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Ebola virus genome sequencing data published
News > Update      |      Posted: September 24, 2014 02:55:32am GMT

An international team of researchers have published genome sequencing data to help the international efforts now underway to control the Ebola outbreak. They have noted rapid mutations that could affect current diagnostics, vaccines and therapies, and say it is imperative to monitor the viral changes and adaption.

The work published in Science was conducted by researchers in Nigeria, Scotland, Sierra Leone and the United States. The team sequenced 99 Ebola virus genomes from 78 patients in Sierra Leone and observed a rapid increase in genetic variation. They believe the West African variant likely diverged from central African lineages around 2004 and crossed from Guinea to Sierra Leone in May 2014.

One of the authors is TDR alumni Christian Happi, a Cameroonian scientist profiled this month for his work on malaria and Lassa fever. It was in Happi’s laboratory at Redeemer’s University in Ogun State, Nigeria, where the first case of Ebola from Nigeria was diagnosed. Since then, they have been busy testing up to 20 samples a day that come in from all around Nigeria.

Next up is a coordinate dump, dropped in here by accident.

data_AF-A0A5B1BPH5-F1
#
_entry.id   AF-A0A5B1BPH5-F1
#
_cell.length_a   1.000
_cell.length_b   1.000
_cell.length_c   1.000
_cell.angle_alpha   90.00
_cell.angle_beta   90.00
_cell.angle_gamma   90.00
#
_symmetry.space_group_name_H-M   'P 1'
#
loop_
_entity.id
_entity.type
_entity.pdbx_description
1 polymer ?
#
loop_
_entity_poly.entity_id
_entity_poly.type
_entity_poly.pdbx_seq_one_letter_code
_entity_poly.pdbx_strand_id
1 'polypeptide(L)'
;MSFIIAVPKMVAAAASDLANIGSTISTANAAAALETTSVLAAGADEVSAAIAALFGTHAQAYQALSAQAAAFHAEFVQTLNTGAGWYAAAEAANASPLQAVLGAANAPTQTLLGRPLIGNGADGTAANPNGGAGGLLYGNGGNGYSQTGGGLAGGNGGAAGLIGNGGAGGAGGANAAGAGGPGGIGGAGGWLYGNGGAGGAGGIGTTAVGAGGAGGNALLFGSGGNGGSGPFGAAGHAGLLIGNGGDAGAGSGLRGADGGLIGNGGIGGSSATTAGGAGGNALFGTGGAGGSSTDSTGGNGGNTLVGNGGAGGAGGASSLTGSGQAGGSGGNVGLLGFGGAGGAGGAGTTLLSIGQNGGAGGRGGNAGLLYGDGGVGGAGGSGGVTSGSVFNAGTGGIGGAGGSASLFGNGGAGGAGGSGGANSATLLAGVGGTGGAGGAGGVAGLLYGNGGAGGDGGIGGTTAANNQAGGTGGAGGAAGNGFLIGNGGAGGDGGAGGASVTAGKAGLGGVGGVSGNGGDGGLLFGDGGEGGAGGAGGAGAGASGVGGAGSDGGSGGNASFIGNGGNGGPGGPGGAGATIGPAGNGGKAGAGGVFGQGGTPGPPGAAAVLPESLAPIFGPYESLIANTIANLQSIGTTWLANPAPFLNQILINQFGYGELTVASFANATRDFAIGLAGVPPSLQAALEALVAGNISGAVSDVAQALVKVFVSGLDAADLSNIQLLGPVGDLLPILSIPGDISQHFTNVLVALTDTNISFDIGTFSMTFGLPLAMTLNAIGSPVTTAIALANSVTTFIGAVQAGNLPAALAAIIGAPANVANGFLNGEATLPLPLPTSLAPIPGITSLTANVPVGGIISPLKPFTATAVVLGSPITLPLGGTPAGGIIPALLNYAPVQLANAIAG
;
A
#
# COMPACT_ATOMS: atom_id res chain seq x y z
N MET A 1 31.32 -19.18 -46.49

“Because we have sophisticated genomics research laboratories at the African Centre of Excellence for Genomics of Infectious Diseases (ACEGID), in Redeemer’s University, we were able to quickly diagnose the virus within hours of receiving the sample of the first Ebola index case in Nigeria,” he explains. “Together with the outreach and contract tracing teams, Nigeria has been able to control the spread of this deadly virus.” He points out that of the 19 cases reported in that country, only 7 have resulted in death.

Tragically, five co-authors in Sierra Leone contracted Ebola and lost their battle with the disease before the manuscript was published:

Mohamed Fullah
Mbalu Fonnie
Alex Moigboi
Alice Kovoma
S. Humarr Khan

For more information, please contact

Jamie Guth
TDR Communications Manager
Telephone: 41 79 441 2289

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